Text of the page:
Things that are brilliant about the UK:
- The language
- The people
- The countryside
- The rivers and lakes
- The coast and sea
- The books
- The arts
- The food
- Family
- Friends

Of course, most of these are just the same things that French people love about France. That's the point.

A third of France has better weather than we do, I give you that, but only for some of the year, and anyway, not having much, we appreciate the good weather more than the French do. We also have funnier stand-up comics - oh and fish and chips. I knew there was something.

Thursday, 6 August 2009

Wild August

This will be the shortest posting yet.

For the past 10 days we have had three delightful teenagers and their Mum here, so it's been full-on swimming, canoeing, walking, barbecuing, mountain-biking, high ropes, computer games, eating and sleeping. The adults have done the first 6 and the teenagers the last 3. Only joking! [a bit]

And today in London our daughter has had a baby girl so I'm off off to London while R is staying here. The village is full of people on holiday. All the houses are full. There are kids and dogs everywhere. The lake is a beach. Life's a beach.

More in the unforeseeable future.

Monday, 27 July 2009

Les Vacances

Things are hotting up here. Not just the weather, the schools are on holiday, lots of the holiday homes in the village are in use and there are people about. Les vacances are finally here. We'd been warned that, after Bastille Day, the roads will jam, the French will leave the cities en masse and descend on the sea, the countryside, the mountains. The Dutch, the Brits and the Germans would all get drunk and fall in the Dordogne. R and I have been nervously preparing ourselves. And yes there are more people about: picnicking, running, swimming, looking at the views. Yesterday I even saw four teenagers in the square looking stylishly bored - probably city types! In the local towns, last Saturday, the volume of traffic meant that there were a couple of twenty second delays at road junctions. But, if this is supposed to be summer holiday madness, it's not happened yet. Maybe it'll kick off in August.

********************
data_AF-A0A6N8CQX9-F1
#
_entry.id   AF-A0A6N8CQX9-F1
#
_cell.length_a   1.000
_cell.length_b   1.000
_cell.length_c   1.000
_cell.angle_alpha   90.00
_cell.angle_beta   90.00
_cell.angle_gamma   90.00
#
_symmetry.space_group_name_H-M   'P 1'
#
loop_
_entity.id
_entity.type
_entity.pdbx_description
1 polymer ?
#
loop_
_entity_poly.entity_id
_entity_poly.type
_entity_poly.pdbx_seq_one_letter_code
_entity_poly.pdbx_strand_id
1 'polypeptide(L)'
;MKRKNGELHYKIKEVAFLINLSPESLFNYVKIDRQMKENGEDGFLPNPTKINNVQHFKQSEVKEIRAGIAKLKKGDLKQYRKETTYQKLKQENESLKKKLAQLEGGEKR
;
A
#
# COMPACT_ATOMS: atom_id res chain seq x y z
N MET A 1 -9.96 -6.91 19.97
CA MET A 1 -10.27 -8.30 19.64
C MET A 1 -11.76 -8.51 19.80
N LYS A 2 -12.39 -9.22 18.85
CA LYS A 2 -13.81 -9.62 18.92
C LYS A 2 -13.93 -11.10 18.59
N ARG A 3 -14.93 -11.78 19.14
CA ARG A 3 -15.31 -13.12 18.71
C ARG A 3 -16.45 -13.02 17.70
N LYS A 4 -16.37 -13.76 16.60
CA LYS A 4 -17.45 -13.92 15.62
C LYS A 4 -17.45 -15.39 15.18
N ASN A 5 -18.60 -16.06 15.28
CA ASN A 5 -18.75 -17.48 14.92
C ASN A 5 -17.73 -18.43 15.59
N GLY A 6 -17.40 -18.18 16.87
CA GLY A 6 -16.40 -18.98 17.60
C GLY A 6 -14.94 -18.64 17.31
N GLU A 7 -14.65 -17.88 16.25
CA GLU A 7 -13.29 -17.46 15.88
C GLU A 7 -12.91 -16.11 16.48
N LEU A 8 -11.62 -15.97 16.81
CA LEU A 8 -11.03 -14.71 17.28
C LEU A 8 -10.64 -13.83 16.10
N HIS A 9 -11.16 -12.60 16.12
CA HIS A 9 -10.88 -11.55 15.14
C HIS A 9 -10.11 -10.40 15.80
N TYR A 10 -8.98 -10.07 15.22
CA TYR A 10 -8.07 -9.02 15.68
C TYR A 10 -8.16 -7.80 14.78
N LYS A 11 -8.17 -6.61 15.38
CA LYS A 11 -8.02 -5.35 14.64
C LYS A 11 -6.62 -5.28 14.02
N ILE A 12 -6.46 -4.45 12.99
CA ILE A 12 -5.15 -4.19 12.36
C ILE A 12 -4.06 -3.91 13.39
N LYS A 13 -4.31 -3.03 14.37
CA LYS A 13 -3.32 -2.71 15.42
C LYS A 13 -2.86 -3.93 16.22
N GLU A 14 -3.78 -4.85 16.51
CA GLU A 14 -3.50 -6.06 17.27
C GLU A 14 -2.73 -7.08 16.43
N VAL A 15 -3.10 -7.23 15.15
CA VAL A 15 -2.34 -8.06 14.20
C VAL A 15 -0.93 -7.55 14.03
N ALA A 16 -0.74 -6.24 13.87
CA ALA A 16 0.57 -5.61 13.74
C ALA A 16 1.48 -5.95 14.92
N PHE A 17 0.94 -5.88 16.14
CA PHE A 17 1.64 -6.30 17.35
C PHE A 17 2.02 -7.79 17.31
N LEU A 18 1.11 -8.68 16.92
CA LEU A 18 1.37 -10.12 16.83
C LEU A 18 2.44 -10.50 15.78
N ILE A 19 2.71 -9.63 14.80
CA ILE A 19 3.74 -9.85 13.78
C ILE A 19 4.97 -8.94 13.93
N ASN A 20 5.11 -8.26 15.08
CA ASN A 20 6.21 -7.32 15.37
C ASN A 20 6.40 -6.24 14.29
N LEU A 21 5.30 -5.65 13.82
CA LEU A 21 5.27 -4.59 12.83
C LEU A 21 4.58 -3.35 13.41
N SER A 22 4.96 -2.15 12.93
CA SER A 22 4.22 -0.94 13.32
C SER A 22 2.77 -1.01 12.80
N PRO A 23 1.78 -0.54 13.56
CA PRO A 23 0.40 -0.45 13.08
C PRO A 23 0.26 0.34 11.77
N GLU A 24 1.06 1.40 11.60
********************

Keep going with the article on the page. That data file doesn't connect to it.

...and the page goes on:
There was a village event on July 14th - a Repas Champetre, which seems to mean a meal in the fields. Actually it was in the square near the Salle Mille, which is a community centre. Everybody brought food and drink. Tables were laid out under a big tree and the Conseil Municipal donated aperitifs and drink. Lots of ex-pats as well as local French people and French holiday makers. Yet again, I was struck by the lack of officiousness, nobody seemed to be in charge, or giving orders, or getting flustered, but the tables and chairs got put out, the food turned up: salads and quiches and pizzas and pies; cakes and flans. It was lovely - we sat between a French couple and an English family on holiday, and managed to negotiate a meal long conversation in two languages. Very enjoyable - all it needed was some music but R wouldn't sing . Spoilsport.

In honour of the holidays we went canoeing on the Dordogne - 20 kilometres from Argentat. We'd been on the water about 10 minutes and R., my very own qualified canoeing instructor [qualification extremely out of date I might add], directed us across the river to a place where we'd avoid weeds. As we headed back towards the main stream, I pointed out that we were heading for rocks. Hitting a rock isn't serious, he said, as we hit it and capsised. We both fell out, into the [quite] fast-flowing water, and then had to man handle the boat, half-full of water to the side. As I am smaller than R, I was in up to my ribs. He nearly lost his paddle. I actually lost my temper and almost my nerve. There were tears. There was shouting. But I got back in. And we had a great day. From now on, he's going to wear his glasses in the boat.

Monday, 13 July 2009

Goodbye Cleo

Just a short post to say that our cat, Cleo, died last Saturday. She had been very ill for a few weeks and although we and the vet tried to keep her going, in the end we had to decide that the best thing was to have her . . . hard to find the right words . . . put to sleep is untrue and sentimental, euthanaised is jargonistic and cold. It was just time to end her life to end her suffering. She was given a sedative and then an injection that stopped her heart. Unfortunately I was away and so R had to take her on his own. I know a lot of people, including many friends, don't really understand about animals, and it is true that they can be a nuisance,an expense, and a tie. I was often ambivalent about having a cat, although R never was. But you learn to love what you care for and over these 15 plus years she had become a friend. The house feels empty, boringly human, although everywhere I look: on the stairs, in front of the fire, in the corner of the settee, on the terrace, I still see her slipping round corners and under tables, a furry invisible ghost. We'll miss her beautiful eyes, her patience and tolerance, her sociability, her unconditional, unwavering affection. We'll leave her here in France, but we'll also be taking her home.